Doug the Pug has over 2.8 million Instagram followers, 5.9 million Facebook page likes and an appetite for doughnuts.

By Maria Yagoda
Updated August 25, 2017
Doug the Pug
Credit: Rob Chianelli

Doug, a five-year-old pug with millions more Instagram followers than you, is kind of a big deal.

Ever since his wrinkled face first graced social media channels at the tender age of eight weeks—he now has an A-list presence on Twitter, Instagram and Facebook—Doug the Pug has carefully cultivated one of the most loveable online personas. But Doug didn’t do it alone; he’s still a dog, no matter how many human outfits they dress him up in. His owner and self-described “momager,” Leslie Mosier, decided early on that her adopted puppy would have a goofy, snack-loving personality. 2.8 million Instagram followers later, Doug has become a food influencer with a reach that rivals any human one.

“When I started posting photos of Doug, I quickly realized that photos of him with food or a piece of pizza always did better,” says Mosier, who lives in Nashville with her boyfriend and pug co-parent, Rob Chianelli. “Before long, his personality and brand developed, and he became this junk food aficionado. Anyone who loves pugs knows that they’re gluttons.”

Doug’s palate is not refined. His avatar photo on Instagram shows him licking an ice cream cone while wearing another ice cream cone as a hat. A recent post features Doug wearing a rainbow T-shirt in front of a toaster oven, “holding” a half-bitten Pop-Tart; the caption reads, “’There are two kinds of people…either u toast ur Pop-Tart or u don’t.’ – Doug.”

Doug “eats” Domino’s, doughnuts, French fries, Twizzlers and basically all the foods that compel you to cancel Friday night plans and stay indoors feeling sorry for yourself. Unlike other pet influencers, Doug positions himself as a human; every caption ends with “—Doug,” so is meant to be read in his voice. Scrolling through the photos on his feed, you’ll notice he doesn’t partner with pet food or toy brands, but rather ones that people would use, like Febreze and Flonaise. In fact, Doug rarely does any sponsored posts. This was a conscious decision on the part of Mosier, who says, “His voice online is very human.”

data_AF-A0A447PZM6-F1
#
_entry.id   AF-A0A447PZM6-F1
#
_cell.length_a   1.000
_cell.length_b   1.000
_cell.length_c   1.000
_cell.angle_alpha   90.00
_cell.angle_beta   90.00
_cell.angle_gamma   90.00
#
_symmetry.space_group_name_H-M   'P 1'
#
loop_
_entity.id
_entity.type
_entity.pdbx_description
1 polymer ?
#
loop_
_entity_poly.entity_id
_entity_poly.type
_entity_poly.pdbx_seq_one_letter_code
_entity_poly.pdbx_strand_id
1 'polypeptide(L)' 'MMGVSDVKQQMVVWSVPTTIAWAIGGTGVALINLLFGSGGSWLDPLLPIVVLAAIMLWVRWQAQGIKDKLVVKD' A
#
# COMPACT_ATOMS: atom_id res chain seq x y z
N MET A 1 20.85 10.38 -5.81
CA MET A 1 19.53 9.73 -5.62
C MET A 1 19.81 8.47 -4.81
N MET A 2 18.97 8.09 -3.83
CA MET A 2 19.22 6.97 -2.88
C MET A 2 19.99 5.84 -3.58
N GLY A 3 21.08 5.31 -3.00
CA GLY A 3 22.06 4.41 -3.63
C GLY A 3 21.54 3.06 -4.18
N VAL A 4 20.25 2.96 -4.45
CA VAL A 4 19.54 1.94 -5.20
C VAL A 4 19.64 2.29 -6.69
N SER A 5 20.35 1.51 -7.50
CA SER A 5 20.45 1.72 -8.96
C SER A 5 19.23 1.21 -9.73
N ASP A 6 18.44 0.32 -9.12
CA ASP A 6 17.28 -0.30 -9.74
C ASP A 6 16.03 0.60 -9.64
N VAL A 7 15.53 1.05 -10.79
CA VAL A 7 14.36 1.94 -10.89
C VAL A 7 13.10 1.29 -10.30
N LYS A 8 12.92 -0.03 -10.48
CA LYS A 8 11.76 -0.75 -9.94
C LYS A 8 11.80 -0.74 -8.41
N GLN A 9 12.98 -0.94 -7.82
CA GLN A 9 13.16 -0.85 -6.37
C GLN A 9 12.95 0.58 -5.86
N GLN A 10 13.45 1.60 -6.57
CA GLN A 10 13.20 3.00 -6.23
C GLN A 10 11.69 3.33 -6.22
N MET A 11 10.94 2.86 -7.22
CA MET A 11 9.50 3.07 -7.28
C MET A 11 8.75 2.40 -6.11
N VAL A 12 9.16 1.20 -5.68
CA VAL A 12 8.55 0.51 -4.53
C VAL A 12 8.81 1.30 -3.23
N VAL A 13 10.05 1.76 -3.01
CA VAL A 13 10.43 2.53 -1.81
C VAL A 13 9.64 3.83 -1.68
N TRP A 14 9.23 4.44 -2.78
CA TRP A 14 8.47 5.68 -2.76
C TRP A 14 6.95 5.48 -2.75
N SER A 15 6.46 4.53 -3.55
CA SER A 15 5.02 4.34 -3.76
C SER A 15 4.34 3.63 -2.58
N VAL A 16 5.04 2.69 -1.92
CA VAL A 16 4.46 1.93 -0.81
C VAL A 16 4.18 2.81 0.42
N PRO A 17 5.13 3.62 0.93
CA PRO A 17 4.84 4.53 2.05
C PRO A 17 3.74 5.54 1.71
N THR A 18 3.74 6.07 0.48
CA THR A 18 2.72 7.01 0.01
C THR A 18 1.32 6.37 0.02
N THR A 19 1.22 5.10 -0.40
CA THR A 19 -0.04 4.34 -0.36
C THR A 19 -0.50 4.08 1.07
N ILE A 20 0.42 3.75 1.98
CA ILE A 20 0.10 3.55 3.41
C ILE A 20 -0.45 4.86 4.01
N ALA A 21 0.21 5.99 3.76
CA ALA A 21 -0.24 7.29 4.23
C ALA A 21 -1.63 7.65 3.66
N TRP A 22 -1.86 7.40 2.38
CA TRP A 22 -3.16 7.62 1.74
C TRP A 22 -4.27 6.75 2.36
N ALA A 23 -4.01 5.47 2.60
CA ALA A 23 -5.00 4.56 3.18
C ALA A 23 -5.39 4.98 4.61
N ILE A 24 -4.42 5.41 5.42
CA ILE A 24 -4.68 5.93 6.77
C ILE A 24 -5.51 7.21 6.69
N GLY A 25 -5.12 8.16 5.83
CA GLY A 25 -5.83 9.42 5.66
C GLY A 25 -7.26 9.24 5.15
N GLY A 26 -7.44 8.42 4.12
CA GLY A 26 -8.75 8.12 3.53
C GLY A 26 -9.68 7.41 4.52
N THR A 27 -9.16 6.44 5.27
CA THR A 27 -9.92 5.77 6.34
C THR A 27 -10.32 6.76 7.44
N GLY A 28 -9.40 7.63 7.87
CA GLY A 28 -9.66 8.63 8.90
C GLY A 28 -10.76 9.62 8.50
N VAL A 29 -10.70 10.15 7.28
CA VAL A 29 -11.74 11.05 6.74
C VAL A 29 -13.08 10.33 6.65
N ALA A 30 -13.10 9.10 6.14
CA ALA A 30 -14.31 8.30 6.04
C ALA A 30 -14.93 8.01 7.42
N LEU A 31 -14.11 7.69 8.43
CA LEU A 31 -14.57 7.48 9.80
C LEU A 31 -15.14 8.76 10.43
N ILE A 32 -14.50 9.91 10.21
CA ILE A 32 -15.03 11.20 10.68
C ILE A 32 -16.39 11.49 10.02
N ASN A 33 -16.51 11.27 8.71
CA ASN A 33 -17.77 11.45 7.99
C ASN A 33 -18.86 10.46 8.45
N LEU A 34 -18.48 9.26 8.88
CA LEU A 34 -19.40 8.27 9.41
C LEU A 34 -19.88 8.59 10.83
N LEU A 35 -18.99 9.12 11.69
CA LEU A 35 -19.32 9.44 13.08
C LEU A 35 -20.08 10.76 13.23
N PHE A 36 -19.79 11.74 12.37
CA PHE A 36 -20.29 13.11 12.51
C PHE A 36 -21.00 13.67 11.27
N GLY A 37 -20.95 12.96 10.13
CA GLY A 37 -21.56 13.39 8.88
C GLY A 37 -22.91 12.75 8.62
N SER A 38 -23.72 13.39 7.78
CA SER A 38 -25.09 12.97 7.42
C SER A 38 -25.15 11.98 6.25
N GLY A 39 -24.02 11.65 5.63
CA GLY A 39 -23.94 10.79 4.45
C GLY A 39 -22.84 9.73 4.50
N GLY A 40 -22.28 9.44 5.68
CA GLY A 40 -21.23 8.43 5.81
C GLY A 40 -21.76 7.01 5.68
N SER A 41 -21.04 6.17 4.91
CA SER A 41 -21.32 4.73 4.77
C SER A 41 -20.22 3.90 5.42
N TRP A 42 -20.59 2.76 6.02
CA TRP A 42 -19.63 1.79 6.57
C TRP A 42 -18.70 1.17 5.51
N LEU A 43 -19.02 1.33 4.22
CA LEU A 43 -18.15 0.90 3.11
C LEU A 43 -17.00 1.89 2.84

In August, Doug landed his first-ever food sponsorship—with Domino’s. Mosier is surprised pizza brands hadn’t approached her sooner, considering how often Doug’s photos feature pizza. In the sponsored post, Doug is wearing a hoodie in front of an open fridge. “’Come over, u know my fridge is stocked’—Doug,” the caption reads.

Loni Edwards, founder and managing partner of The Dog Agency (a management company that focuses exclusively on animal influencers), says it makes perfect sense that Instagram-famous pets would participate in the food space.

“Pet influencers have all the traditional benefits of human influencer marketing with some unique plus factors,” Edwards says. “Pets tend to get higher engagement, and they’re relatable across age, gender and location. There’s also an added sense of security with pets—they won’t get drunk at a party and say something offensive that would reflect poorly on their brand partners.”

She also points out the obvious: Pets make people feel good, and any brand, food or otherwise, should want to get in on that. While giving Doug a vigorous belly rub, Mosier says that her pug’s performative food obsession makes him especially relatable to his fans.

People say they can relate to Doug because they always want to be eating what Doug is ‘eating,’” Mosier says. “Eating,” of course, is in quotes, because Doug’s diet is the opposite of gluttonous. He never eats the food in his shoots.

“Doug eats like a prince,” she says. “He eats a raw diet and has a nutritionist. When we do food photo shoots, we always have fresh beef treats for him, so he doesn’t get sad to not be eating the people food.” Mosier and Chianelli eat a healthy diet, too, so when brainstorming ideas for photos of Doug with junk food, they’ll walk through the supermarket aisles, looking for inspiration.

While his humans are responsible for the construction of his persona, one aspect of Doug’s fame has taken them by surprise: The pug has become an unwitting restaurant influencer. On a recent visit to Chicago, Mosier and Chianelli took Doug to Giordano’s for some deep-dish pizza. After posting a photo to his Instagram later in the day, Mosier noticed several people tagging him and posting, “OMG I’m eating where Doug the Pug eats.” Once in Nashville, Mosier made the mistake of posting a photo to his Instagram story while they were still at the restaurant. She didn’t even tag the place, but ten minutes later they were swarmed by a crowd of people who had somehow identified the restaurant’s patio and showed up to see Doug.

“It happened at Yankee Stadium, too,” Mosier says. “We held him up for a photo, and people found the exact section we were in, even though you couldn’t see any numbers in the picture. We had a line of thirty people, almost immediately.”

The frenzy doesn’t seem to bother him. Mosier finishes belly-rubbing Doug, and he lets out the sweetest, wackiest dog grumble. The dog is clearly a star.